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In this article, we take a look at the first formal challenge to the proposed new rules, raised by the British Medical Association (BMA).

After Game of Thrones, the ongoing saga of public sector exit payments, now entering its fifth year, is our second favourite episodic drama; and one that looks set to be just as combative.

In our most recent update on this ongoing issue, in June 2020, we outlined the government’s response to public consultation on its proposal to introduce a cap of £95k on exit payments received by employees leaving the public sector.

The government intends to proceed with implementation of the cap, although we still don’t yet know when the Regulations that will implement these reforms will be introduced, or when the new regime will take effect. The consultation response states that revisions will be made to the current draft Regulations and guidance, and final versions published at a non-specified ‘later date’.

However, in contemplation of the changes, the first formal challenge to the proposed new rules has been raised by the British Medical Association (BMA), the professional association and trade union representing doctors and medical students in the UK.

The challenge

The BMA alleges that the draft Regulations which will implement the scheme are unlawful and should be withdrawn from consideration by Parliament. The challenge centres around the following three issues:

Firstly, the BMA argues that the £95k cap unlawfully includes sums due to for matter’s arising during an individual’s period of employment (such as sums relating to equal pay or discrimination during employment) rather than including only those sums that specifically relate to an employee’s departure.

Secondly, the draft Regulations will require public bodies to act unlawfully, by preventing them from paying in full sums legally owed to former employees. For example, existing contractual arrangements with some senior NHS staff may provide for significantly more generous payments on exit than the draft Regulations will permit. The BMA argues that public bodies must legally be allowed to honour those contracts.

Thirdly, concern is also raised around the legal obligations imposed on individuals by the draft Regulations, which require every exiting public sector employee to calculate and specify the amount they are owed (no matter how small). The BMA raises a technical argument that this provision goes beyond what is enabled by the primary legislation under which the Regulations will be introduced (Small Business, Enterprise and Employment Act 2015); but also stresses that calculating outstanding sums on exit can be extremely difficult (for example where complex elements of pay are outstanding) and argues that this is an unfair burden to place on an individual member of staff.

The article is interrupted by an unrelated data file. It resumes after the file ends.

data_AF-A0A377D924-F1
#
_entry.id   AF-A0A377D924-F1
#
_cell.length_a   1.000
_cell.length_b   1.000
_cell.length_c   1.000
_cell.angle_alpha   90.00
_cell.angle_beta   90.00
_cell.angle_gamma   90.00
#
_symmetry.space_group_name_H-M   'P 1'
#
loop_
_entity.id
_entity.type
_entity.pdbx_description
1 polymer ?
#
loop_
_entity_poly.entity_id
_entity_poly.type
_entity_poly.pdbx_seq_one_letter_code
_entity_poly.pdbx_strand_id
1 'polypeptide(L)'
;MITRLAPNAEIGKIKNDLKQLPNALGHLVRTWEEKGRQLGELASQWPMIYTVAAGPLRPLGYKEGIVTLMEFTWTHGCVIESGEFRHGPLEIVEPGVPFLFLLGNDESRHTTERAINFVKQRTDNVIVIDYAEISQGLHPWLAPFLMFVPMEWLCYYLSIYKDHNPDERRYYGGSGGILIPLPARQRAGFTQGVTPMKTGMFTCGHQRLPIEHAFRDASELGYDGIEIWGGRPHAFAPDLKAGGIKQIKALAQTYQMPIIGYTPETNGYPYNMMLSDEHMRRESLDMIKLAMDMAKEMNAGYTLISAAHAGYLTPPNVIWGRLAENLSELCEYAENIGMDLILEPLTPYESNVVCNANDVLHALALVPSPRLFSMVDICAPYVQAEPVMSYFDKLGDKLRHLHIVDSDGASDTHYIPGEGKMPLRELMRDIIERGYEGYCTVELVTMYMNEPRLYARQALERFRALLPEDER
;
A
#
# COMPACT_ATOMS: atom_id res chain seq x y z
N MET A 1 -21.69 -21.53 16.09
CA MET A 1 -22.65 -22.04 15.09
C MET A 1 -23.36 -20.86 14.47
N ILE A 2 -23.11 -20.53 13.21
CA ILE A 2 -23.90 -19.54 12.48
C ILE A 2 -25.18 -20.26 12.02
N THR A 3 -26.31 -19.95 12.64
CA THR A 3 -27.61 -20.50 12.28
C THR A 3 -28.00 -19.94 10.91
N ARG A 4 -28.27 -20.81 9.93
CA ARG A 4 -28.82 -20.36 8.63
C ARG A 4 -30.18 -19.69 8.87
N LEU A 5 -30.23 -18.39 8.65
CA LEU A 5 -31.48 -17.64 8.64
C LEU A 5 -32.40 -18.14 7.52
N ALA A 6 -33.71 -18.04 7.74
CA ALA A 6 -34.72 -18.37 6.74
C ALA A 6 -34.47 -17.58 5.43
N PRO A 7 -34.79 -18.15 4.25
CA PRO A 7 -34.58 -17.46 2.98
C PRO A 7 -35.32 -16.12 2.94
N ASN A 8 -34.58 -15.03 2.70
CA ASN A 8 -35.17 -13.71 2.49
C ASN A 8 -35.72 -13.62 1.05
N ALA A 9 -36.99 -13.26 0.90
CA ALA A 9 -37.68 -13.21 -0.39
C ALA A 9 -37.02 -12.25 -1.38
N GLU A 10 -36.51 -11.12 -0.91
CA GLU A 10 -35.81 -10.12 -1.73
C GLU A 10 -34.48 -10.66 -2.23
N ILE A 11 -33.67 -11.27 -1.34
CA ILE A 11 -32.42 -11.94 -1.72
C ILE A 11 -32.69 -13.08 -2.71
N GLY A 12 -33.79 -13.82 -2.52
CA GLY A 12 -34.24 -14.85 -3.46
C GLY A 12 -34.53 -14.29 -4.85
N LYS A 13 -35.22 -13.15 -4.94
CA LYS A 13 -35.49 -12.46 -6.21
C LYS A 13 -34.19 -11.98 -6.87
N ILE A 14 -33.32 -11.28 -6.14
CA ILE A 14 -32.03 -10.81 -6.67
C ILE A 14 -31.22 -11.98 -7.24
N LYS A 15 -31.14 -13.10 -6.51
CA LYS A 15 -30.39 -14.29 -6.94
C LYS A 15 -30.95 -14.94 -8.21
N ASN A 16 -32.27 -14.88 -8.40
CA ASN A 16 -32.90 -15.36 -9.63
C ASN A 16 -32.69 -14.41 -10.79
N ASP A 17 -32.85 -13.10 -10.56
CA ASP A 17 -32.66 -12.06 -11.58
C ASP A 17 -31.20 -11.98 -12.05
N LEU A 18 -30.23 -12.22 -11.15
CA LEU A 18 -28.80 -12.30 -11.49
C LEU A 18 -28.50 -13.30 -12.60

Comment

When these proposals were first introduced back in October 2016 it was clear that they would be controversial.

We have highlighted throughout that these proposals will necessitate wholescale change to contracts, compensation schemes and pension schemes across the public sector, or else expose public sector bodies to litigation for failure to honour their current contractual commitments.

It is important to note that compensation for injury to feelings (for example relating to discrimination during employment) are excluded from the cap, and that the cap must be relaxed where payment is made in respect of a grievance or claim involving discrimination or whistleblowing. However, it is proposed that use of this waiver will require ministerial clearance, and the BMA argues that public sector bodies should not be made to wait for a discretionary decision from a minister before they are able to honour pre-existing legal commitments.

The BMA’s challenge may be politically embarrassing for the government, at a time when it is seeking to express its gratitude to the NHS navigating the COVID crisis. However, it appears that the government is determined to stand by its proposals, and its stated aim of ensuring public funds are spent wisely.

It is difficult at this stage to guesstimate the BMA’s chances of success, or even whether the Courts will allow the challenge to proceed. However, it is clear that the saga of public sector exit payments is not over yet. In fact, it seems we have only just begun!

Read the full BMA Parliamentary briefing

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